What a difference a year makes?
Williams will be hoping for a jump in performance similar to which McLaren have enjoyed. The Woking team, another legendary British F1 outfit, finished ninth in 2017 but last year were up in fourth, securing a podium in the process.
“They had an enormous leap,” Williams admitted.
Although that sort of progress is exactly why she isn’t getting ahead of herself ahead of this year despite what she sees as major positives back in the factory.
“They [rival F1 teams] could have all had an amazing winter and that takes them another ‘x’ tenths ahead,” she added. Still, compared to last year Williams are looking in much better shape.
“One of the first lines of success for us is that we’ve passed all our crash tests and most of which we did at the first attempt, whereas last year even at the sixth attempt we were failing them.
“That [failing] obviously puts even more pressure into the system because then you’re having to deal with a crash test rather than worrying about getting the car out.”
And getting the car out, on February 19 for the first day of testing in Barcelona, is now Williams’ main priority after missing that day last year.
“I have absolute confidence that will happen,” Williams insisted.
Optimism, belief, and why Williams ‘can’t get it wrong’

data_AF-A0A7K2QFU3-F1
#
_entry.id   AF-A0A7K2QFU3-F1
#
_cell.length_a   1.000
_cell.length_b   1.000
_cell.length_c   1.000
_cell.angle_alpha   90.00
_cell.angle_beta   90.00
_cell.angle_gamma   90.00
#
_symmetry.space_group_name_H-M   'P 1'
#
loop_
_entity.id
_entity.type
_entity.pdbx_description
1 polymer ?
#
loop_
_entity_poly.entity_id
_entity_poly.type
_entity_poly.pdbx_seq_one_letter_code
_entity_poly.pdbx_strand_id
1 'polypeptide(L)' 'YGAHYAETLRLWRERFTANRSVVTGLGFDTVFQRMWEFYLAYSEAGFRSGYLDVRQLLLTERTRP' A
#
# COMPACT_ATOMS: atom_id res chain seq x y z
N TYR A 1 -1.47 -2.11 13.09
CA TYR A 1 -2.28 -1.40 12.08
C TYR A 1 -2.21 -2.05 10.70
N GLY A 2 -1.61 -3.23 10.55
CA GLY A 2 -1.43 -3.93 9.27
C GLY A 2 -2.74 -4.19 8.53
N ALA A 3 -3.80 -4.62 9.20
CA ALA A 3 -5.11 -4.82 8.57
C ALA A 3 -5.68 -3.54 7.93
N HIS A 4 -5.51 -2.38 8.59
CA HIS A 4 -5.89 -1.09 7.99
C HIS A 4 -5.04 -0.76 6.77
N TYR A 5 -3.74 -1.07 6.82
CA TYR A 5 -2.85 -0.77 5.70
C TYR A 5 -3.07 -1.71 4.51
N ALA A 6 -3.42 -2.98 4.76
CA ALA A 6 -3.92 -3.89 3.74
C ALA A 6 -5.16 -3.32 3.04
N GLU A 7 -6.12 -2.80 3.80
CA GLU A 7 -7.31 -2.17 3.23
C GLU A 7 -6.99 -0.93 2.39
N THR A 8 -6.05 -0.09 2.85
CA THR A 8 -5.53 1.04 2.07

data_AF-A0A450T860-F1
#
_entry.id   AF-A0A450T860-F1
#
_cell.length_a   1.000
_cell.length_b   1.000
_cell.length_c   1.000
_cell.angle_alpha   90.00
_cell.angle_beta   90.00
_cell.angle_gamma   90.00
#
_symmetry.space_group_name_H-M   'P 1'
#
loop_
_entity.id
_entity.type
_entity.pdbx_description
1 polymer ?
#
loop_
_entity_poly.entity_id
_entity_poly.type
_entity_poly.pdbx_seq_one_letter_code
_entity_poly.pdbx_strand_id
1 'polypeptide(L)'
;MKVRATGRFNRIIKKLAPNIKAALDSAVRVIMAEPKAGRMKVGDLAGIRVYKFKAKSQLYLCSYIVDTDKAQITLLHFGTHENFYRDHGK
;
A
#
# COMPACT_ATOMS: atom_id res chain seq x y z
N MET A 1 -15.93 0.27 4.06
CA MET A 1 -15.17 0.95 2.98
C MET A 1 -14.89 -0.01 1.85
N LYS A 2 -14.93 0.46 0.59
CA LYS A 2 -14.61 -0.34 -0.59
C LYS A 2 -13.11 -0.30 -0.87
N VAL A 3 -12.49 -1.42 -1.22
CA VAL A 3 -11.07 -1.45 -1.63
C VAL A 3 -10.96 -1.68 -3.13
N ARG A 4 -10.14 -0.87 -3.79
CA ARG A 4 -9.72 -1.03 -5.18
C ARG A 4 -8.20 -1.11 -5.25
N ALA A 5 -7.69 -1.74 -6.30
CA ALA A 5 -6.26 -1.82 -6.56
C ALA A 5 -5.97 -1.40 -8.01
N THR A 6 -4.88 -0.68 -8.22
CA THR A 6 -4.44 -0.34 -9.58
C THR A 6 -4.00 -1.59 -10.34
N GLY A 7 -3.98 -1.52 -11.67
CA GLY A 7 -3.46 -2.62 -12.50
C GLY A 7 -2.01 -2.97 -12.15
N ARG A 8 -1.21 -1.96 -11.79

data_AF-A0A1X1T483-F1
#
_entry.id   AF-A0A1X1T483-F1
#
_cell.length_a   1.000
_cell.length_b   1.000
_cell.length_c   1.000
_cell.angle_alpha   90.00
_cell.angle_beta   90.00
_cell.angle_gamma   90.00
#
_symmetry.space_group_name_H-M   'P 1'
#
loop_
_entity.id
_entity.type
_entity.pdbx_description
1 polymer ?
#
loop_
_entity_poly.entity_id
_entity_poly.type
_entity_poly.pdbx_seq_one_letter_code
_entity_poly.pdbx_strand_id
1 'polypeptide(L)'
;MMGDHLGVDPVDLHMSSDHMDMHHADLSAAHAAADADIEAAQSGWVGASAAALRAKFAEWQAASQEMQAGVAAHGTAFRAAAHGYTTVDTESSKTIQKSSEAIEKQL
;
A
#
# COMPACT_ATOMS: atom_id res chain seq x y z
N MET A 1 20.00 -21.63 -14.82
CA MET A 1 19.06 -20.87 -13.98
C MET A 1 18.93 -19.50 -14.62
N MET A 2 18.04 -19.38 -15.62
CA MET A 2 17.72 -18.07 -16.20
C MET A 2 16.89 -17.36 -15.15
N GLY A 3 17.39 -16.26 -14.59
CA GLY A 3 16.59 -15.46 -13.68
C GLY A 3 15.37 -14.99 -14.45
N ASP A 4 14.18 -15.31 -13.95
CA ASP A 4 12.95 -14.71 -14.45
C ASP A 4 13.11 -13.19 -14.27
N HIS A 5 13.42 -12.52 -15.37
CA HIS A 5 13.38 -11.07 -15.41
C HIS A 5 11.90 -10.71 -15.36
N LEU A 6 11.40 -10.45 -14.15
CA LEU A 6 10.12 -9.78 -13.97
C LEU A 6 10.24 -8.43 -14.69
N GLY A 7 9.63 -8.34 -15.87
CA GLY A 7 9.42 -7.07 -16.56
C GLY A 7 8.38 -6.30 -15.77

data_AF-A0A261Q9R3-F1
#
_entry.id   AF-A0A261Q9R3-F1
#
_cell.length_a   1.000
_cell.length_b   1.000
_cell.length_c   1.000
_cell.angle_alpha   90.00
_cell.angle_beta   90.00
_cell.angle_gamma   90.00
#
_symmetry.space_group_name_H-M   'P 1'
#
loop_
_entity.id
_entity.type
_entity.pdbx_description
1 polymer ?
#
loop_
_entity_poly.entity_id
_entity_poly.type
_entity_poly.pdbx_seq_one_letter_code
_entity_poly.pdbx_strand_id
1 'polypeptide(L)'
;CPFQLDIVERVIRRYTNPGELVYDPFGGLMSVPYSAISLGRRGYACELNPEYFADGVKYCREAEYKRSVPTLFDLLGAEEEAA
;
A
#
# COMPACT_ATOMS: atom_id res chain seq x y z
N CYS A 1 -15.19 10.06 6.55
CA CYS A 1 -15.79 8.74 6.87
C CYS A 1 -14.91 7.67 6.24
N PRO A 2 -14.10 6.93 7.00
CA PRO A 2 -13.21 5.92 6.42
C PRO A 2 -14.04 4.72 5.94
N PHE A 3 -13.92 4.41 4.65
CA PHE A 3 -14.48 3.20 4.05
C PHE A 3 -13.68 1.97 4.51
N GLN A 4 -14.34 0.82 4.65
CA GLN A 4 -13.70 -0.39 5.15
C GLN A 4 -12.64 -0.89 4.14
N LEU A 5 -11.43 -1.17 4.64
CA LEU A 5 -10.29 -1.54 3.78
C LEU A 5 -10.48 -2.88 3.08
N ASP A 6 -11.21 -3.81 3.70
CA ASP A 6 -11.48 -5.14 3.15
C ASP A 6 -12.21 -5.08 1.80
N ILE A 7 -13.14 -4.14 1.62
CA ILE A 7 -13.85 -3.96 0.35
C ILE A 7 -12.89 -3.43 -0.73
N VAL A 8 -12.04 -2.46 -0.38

Williams added that she was “an eternal optimist, a bit like Dad” – the legendary Frank Williams who founded the famous team over 40 years ago and has managed them ever since, even after a near-fatal crash in 1986 which rendered him tetraplegic.
“He was always like ‘it will be fine, whatever happens’,” she explained.
“We’re ever resourceful at Williams, and I have confidence in the work we’ve done.
“I think if we hadn’t have gone to the levels that we went to to transform things last year, I’d be living in blind hope that the car is ready. But we have a much clearer overview of where we are.
“It’s a much more comprehensive picture that we’ve got, and being much more honest where we are. I have much more confidence this year than I probably have done in the past.”
Sweeping rule changes for 2021 means many teams will be keeping an eye on their next car, and even prioritising that rather than the 2020 season when the cars will be continuations from last year’s.
But Williams was adamant: “This year has had to be a real priority. We can’t get it wrong this year.”
Her honesty and belief is admirable, especially after the two years she’s had. Now, it’s almost showtime.
“The waiting is really hard,” she said. “We all want to come out and show that we’ve done a good job and for people to turn round and say, ‘we got it wrong, Williams weren’t on their way out and two years doesn’t define them’.”
Nicholas Latifi joins Russel as a 2020 driver.
The first confirmed car launch for 2020 is Ferrari’s on February 11, before pre-season testing starts on February 19. The season-opening race in Australia is on March 15, with all 22 races live on Sky Sports F1
Source : Sky Sports